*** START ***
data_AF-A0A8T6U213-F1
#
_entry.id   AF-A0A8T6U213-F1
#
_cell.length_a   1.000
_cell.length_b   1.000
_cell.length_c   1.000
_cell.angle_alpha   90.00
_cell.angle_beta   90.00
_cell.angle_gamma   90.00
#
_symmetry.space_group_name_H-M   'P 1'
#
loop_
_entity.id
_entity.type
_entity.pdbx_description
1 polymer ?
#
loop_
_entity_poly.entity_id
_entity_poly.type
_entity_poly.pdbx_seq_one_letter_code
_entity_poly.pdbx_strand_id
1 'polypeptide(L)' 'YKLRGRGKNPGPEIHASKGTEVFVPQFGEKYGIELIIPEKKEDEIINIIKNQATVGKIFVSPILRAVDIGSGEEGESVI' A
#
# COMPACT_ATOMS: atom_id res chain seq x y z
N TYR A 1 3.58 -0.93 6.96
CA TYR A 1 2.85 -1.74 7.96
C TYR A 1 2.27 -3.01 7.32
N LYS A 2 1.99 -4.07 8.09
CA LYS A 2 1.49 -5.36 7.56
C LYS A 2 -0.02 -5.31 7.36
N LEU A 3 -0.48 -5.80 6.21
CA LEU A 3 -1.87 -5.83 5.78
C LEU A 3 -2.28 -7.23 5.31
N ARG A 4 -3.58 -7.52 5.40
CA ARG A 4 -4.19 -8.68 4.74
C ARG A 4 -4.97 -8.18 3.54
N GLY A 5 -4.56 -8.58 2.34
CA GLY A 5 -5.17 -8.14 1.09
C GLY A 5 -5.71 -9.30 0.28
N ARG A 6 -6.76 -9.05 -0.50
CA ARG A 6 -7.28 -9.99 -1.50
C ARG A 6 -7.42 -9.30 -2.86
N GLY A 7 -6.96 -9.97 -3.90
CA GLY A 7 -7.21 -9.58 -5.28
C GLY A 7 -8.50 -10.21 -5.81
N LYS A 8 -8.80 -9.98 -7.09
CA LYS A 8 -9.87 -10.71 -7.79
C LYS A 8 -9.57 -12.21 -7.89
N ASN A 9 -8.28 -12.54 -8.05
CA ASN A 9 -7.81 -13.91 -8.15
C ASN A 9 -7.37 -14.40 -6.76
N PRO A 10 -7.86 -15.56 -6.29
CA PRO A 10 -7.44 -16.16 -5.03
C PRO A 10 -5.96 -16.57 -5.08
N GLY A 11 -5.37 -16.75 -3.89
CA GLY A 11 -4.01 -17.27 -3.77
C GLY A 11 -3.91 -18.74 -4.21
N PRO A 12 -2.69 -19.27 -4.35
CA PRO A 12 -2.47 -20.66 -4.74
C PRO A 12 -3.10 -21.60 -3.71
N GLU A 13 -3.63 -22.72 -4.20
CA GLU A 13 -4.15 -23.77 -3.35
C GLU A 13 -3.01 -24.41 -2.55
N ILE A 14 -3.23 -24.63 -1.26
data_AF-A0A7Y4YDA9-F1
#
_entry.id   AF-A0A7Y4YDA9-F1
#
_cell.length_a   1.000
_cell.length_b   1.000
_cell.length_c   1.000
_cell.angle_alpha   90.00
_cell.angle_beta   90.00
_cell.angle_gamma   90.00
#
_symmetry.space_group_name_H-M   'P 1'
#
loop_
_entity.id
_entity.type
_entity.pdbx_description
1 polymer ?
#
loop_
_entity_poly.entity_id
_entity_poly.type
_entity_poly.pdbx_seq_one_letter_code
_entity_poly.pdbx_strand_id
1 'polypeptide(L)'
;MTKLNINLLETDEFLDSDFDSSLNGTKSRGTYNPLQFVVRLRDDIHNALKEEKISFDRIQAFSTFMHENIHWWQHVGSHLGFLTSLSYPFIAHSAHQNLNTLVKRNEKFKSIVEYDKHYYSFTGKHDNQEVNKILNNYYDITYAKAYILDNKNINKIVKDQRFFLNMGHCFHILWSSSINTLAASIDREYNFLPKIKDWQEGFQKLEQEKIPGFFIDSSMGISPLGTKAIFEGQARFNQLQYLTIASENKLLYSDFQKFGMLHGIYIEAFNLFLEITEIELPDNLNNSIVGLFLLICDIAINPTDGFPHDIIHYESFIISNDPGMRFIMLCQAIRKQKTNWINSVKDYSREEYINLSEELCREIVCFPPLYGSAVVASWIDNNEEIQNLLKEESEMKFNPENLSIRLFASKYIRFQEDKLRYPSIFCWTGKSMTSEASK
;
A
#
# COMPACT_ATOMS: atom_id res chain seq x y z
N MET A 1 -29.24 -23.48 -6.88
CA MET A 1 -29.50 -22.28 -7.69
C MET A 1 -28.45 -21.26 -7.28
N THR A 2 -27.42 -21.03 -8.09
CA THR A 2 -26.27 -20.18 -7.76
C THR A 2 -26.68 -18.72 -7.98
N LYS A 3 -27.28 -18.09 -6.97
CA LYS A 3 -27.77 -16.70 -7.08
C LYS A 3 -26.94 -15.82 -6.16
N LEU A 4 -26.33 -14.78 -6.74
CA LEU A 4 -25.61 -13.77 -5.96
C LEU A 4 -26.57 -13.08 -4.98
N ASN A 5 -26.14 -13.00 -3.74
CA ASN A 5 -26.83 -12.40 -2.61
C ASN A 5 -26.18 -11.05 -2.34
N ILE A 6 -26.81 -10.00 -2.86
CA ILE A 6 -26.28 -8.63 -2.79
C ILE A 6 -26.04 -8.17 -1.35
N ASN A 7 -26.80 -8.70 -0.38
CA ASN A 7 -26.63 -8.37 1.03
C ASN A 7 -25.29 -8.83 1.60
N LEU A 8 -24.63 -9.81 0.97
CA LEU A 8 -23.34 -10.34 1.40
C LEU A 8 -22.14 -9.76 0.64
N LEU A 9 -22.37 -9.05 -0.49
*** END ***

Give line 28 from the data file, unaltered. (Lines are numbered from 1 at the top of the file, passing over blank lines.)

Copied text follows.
N TYR A 1 3.58 -0.93 6.96